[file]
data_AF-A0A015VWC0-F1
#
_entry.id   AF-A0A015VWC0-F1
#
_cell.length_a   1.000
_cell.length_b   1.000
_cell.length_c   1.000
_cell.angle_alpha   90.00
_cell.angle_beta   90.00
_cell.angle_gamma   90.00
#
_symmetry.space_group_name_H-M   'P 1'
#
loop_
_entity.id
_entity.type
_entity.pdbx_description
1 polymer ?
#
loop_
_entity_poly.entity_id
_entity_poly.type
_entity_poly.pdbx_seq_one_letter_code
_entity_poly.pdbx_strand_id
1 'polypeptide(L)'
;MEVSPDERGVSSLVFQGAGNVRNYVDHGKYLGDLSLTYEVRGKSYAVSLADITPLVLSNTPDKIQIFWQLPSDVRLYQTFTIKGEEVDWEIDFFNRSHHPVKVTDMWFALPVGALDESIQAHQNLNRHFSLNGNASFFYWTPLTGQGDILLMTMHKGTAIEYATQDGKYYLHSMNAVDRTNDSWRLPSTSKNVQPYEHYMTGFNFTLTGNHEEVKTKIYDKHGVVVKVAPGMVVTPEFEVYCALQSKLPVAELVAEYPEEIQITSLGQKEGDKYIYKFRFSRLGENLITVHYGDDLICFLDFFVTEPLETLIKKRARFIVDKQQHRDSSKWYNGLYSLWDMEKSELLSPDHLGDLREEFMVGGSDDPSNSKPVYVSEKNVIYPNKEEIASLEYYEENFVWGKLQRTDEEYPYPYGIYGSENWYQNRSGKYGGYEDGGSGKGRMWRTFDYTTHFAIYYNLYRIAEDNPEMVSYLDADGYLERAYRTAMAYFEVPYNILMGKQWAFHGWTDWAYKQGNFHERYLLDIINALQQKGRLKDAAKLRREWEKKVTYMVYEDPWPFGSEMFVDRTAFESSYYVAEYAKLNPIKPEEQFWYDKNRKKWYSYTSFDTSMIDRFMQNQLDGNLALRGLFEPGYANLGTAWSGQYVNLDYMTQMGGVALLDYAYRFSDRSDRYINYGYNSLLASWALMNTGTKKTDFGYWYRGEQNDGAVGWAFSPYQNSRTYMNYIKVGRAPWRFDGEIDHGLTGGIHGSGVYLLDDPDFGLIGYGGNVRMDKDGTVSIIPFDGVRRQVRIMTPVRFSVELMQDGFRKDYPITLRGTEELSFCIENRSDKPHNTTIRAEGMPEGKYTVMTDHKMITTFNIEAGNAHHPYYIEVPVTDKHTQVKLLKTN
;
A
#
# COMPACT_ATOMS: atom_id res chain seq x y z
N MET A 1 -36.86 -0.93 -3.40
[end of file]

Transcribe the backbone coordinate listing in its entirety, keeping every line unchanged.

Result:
data_AF-A0A015VWC0-F1
#
_entry.id   AF-A0A015VWC0-F1
#
_cell.length_a   1.000
_cell.length_b   1.000
_cell.length_c   1.000
_cell.angle_alpha   90.00
_cell.angle_beta   90.00
_cell.angle_gamma   90.00
#
_symmetry.space_group_name_H-M   'P 1'
#
loop_
_entity.id
_entity.type
_entity.pdbx_description
1 polymer ?
#
loop_
_entity_poly.entity_id
_entity_poly.type
_entity_poly.pdbx_seq_one_letter_code
_entity_poly.pdbx_strand_id
1 'polypeptide(L)'
;MEVSPDERGVSSLVFQGAGNVRNYVDHGKYLGDLSLTYEVRGKSYAVSLADITPLVLSNTPDKIQIFWQLPSDVRLYQTFTIKGEEVDWEIDFFNRSHHPVKVTDMWFALPVGALDESIQAHQNLNRHFSLNGNASFFYWTPLTGQGDILLMTMHKGTAIEYATQDGKYYLHSMNAVDRTNDSWRLPSTSKNVQPYEHYMTGFNFTLTGNHEEVKTKIYDKHGVVVKVAPGMVVTPEFEVYCALQSKLPVAELVAEYPEEIQITSLGQKEGDKYIYKFRFSRLGENLITVHYGDDLICFLDFFVTEPLETLIKKRARFIVDKQQHRDSSKWYNGLYSLWDMEKSELLSPDHLGDLREEFMVGGSDDPSNSKPVYVSEKNVIYPNKEEIASLEYYEENFVWGKLQRTDEEYPYPYGIYGSENWYQNRSGKYGGYEDGGSGKGRMWRTFDYTTHFAIYYNLYRIAEDNPEMVSYLDADGYLERAYRTAMAYFEVPYNILMGKQWAFHGWTDWAYKQGNFHERYLLDIINALQQKGRLKDAAKLRREWEKKVTYMVYEDPWPFGSEMFVDRTAFESSYYVAEYAKLNPIKPEEQFWYDKNRKKWYSYTSFDTSMIDRFMQNQLDGNLALRGLFEPGYANLGTAWSGQYVNLDYMTQMGGVALLDYAYRFSDRSDRYINYGYNSLLASWALMNTGTKKTDFGYWYRGEQNDGAVGWAFSPYQNSRTYMNYIKVGRAPWRFDGEIDHGLTGGIHGSGVYLLDDPDFGLIGYGGNVRMDKDGTVSIIPFDGVRRQVRIMTPVRFSVELMQDGFRKDYPITLRGTEELSFCIENRSDKPHNTTIRAEGMPEGKYTVMTDHKMITTFNIEAGNAHHPYYIEVPVTDKHTQVKLLKTN
;
A
#
# COMPACT_ATOMS: atom_id res chain seq x y z
N MET A 1 -36.86 -0.93 -3.40